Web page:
Henry Epp

Host/Reporter, All Things Considered

Henry Epp is host of All Things Considered and a reporter at VPR.

Henry came to VPR in 2017 after working for five years as a host and reporter at New England Public Radio (NEPR) in Springfield, Massachusetts. At NEPR, Henry covered local and state elections, the development of a casino in Springfield, college football, a battle rap competition and many stories in between.

Henry was born and raised in Minneapolis, Minnesota. He graduated from Hampshire College in Amherst, Massachusetts in 2012.

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Vermont's Department of Health tested the blood of 477 people in Bennington County. This week, the EPA held a conference to discuss issues around chemicals like PFOA.
Howard Weiss-Tisman / VPR

This week, the Environmental Protection Agency held a summit in Washington D.C. to discuss the environmental impact of chemicals known as PFAS.

SunCommon warehouse filled with solar panels.
Liam Elder-Connors / VPR File

A Vermont solar company is expanding into New York's Hudson Valley.

Angela Evancie / VPR

For a time, Chittenden County had a bustling French Canadian population. There was even a "Little Canada" in Winooski. And you can still find it today, if you know where to look.

The Vermont Supreme Court building in Montpelier turns 100 years old this year.
Liam Elder-Connors / VPR

This year, the building that holds the Vermont Supreme Court turns 100. On Friday, state officials will celebrate that anniversary.

A statue of Ethan Allen outside the Vermont Statehouse on a blue-sky day.
Bob Kinzel / VPR

You probably at least know Ethan Allen as one of the founders of the state of Vermont — a sort of mythic, heroic figure. Well, a new book tells a more complicated story of Allen and the Green Mountain Boys and the battles they fought. 

This is the time of year when many Vermonters have a pile of branches or other debris that they want to burn. But it's also the time of year when weather conditions make it easy for fires to spread out of control.

An issue of "Vermont Life" magazine on a table.
Henry Epp / VPR File

Days after the state announced Vermont Life magazine would end print publication, the people who hoped to continue the magazine are shaking their heads.

The end of the legislative session in Vermont is getting closer and closer, but the fight between Republican Gov. Phil Scott and the Democratic-controlled legislature seems to be intensifying.

An issue of "Vermont Life" magazine on a table.
Henry Epp / VPR File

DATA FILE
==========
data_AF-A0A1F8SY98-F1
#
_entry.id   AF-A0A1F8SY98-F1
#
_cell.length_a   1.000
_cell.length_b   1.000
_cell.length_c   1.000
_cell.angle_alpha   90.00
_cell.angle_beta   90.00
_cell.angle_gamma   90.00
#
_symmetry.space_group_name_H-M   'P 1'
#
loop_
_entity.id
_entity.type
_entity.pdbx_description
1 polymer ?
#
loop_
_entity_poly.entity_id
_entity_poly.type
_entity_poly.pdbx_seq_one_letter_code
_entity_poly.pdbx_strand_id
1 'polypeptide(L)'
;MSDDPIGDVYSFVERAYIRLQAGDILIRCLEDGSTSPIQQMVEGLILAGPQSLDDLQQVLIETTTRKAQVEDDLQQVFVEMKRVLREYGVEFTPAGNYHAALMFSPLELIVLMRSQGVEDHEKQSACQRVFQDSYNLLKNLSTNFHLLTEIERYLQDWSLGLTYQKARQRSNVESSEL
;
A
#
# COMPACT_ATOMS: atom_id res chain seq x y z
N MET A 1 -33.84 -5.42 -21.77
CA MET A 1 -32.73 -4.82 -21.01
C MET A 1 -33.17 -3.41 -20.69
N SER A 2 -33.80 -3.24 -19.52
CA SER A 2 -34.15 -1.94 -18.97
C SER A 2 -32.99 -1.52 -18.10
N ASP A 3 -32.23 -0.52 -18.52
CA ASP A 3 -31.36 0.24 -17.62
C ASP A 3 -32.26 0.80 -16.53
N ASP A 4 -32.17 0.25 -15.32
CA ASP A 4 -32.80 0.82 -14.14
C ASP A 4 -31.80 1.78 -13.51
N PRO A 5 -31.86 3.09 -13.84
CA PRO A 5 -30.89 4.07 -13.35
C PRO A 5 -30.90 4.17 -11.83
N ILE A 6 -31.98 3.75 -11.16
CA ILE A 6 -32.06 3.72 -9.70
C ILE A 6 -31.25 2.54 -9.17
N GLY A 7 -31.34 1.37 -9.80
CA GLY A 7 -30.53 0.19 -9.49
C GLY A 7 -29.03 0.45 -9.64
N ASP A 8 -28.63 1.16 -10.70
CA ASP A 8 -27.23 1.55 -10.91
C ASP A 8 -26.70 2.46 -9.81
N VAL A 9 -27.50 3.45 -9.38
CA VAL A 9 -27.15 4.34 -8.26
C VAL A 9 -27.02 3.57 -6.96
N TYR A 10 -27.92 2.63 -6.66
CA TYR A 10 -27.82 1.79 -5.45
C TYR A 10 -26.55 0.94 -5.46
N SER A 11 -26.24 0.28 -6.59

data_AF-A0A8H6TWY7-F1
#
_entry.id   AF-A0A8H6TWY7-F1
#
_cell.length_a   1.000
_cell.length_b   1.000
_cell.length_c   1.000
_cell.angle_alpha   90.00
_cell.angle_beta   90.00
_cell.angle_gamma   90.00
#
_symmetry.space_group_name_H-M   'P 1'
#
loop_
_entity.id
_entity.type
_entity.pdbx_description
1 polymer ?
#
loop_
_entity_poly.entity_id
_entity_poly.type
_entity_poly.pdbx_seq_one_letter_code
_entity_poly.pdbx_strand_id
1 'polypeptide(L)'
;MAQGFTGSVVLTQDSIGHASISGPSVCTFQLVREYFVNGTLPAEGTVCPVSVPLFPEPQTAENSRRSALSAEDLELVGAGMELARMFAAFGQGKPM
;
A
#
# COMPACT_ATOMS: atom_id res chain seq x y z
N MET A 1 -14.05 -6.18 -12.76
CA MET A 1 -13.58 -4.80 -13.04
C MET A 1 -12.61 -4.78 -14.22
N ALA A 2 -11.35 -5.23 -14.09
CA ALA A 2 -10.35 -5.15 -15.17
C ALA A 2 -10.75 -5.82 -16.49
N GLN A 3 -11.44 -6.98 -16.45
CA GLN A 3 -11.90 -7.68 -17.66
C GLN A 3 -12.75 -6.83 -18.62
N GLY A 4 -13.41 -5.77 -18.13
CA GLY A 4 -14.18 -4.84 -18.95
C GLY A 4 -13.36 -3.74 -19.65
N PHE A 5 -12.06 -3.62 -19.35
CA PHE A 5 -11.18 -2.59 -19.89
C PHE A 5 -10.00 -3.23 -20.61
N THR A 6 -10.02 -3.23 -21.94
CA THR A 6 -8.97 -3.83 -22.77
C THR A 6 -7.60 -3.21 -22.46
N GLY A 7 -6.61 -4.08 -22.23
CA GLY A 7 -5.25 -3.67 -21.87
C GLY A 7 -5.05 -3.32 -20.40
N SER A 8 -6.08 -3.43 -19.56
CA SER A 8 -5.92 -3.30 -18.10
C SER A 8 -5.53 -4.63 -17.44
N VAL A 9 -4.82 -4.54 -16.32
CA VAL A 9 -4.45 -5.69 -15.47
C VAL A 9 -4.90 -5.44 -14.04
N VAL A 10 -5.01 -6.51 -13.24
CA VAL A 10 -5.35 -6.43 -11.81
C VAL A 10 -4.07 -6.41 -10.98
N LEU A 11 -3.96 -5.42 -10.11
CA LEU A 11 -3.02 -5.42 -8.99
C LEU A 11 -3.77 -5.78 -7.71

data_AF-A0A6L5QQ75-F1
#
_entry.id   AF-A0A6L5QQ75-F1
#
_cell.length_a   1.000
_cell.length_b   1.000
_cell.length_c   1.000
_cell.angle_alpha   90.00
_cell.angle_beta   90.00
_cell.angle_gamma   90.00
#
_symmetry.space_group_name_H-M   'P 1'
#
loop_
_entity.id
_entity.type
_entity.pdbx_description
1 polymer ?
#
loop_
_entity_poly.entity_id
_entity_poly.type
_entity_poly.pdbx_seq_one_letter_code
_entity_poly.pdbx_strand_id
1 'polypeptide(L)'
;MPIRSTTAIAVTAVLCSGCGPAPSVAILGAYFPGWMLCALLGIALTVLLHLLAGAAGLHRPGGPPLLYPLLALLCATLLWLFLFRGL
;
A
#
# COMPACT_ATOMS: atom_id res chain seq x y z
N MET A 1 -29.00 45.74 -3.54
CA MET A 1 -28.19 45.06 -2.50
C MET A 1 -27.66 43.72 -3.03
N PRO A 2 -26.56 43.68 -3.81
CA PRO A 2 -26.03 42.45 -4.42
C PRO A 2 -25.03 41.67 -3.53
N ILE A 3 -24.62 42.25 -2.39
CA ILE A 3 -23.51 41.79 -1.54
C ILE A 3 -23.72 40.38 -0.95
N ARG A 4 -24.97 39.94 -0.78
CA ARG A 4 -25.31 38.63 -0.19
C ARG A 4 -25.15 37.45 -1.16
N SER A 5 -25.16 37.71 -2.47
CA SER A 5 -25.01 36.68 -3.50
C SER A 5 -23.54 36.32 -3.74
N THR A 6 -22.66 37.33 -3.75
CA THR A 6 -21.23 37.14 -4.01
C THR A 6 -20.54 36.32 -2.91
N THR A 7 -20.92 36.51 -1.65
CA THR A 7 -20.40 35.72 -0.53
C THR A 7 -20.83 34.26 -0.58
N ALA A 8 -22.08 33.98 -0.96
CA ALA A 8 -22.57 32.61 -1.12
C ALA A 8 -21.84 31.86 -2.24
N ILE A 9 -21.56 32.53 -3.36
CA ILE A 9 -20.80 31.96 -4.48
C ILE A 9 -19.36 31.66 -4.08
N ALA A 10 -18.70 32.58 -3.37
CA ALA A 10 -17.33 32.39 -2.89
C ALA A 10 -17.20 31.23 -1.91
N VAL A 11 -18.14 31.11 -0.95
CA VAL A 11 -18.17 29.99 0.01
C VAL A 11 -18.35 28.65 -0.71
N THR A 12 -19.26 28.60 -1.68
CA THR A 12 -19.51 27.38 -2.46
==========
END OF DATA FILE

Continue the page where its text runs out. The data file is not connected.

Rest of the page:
Vermont's long-running promotional magazine will end print publication this month.

The House chamber of the Vermont Legislature
Angela Evancie / VPR/file

Democratic lawmakers in Vermont have been working hard on two big policy initiatives this session. One bill would raise the minimum wage to $15 an hour. The other would establish a paid family and medical leave program for most employees.

But as the end of the session nears, both of those bills may suddenly be in jeopardy.

Vermont State Police

Vermont State Police say law enforcement officers arrested two Highgate residents wanted in connection with a body found over the weekend.

Men work in a granite processing facility.
Vermont Historical Society

There was a time when it was totally normal to hear French spoken in some of Vermont’s smallest towns and biggest cities.

The chances of winning the lottery are pretty slim, but for the owners of stores selling tickets in Vermont, winning happens with surprising frequency according to a new investigation by VTDigger. 

The Board of Trustees at College of St. Joseph is considering closing the school as it faces low enrollment and budget pressure.
Nina Keck / VPR

Last week, news surfaced that College of St. Joseph in Rutland is considering closing its doors for good. The private, Catholic liberal arts school currently has around 200 undergraduates.

18-year-old Jack Sawyer, of Poultney, enters Rutland Superior Court on Tuesday afternoon wearing handcuffs.
Glenn Russell / Burlington Free Press / Pool

An 18-year-old Poultney man, accused of plotting a thwarted school shooting earlier this year, cannot be held without bail, according to a decision by the Vermont Supreme Court Wednesday.

Rosina Wallace, center, and her brother K. Alan Wallace are pictured here on Monday at their family's dairy farm, following Sunday's destructive fire at the farm.
Lisa Rathke / Associated Press

The Wallace Farm, which has been in the same family for more than 150 years, was destroyed by a fire Sunday.

Mike Groll / AP

Earlier this week, two more Vermont counties confirmed the presence of the emerald ash borer. The invasive species is known for causing devastation to millions of ash trees around the country.

Dirty Mayor cans on the canning belt at Citizen Cider in Burlington.
Henry Epp / VPR

Tariffs imposed by President Donald Trump on some imported steel and aluminum went into effect late last week. Several countries have received exemptions from those tariffs, but still some industries in the U.S. are wary of them — including craft beer and cider makers.

Jim Jeffords, Bernie Sanders and Patrick Leahy holding glasses of milk in 1999 in Montpelier.
Toby Talbot / Associated Press

On Wednesday, Mississippi Gov. Phil Bryant appointed the state's Agriculture Commissioner Cindy Hyde-Smith to a U.S. Senate seat, replacing Sen. Thad Cochran. With that appointment, Vermont is now the only state to never send a woman to Congress.

Allie Brown, a senior at Burlington High School, spoke at the rally. She urged her peers to call their state representatives about supporting a bill that would requre background checks for all gun purchases.
Liam Elder-Connors / VPR

While a number of planned walkouts were rescheduled Wednesday due to weather, rallies did take place across the state as part of a nationwide protest. 

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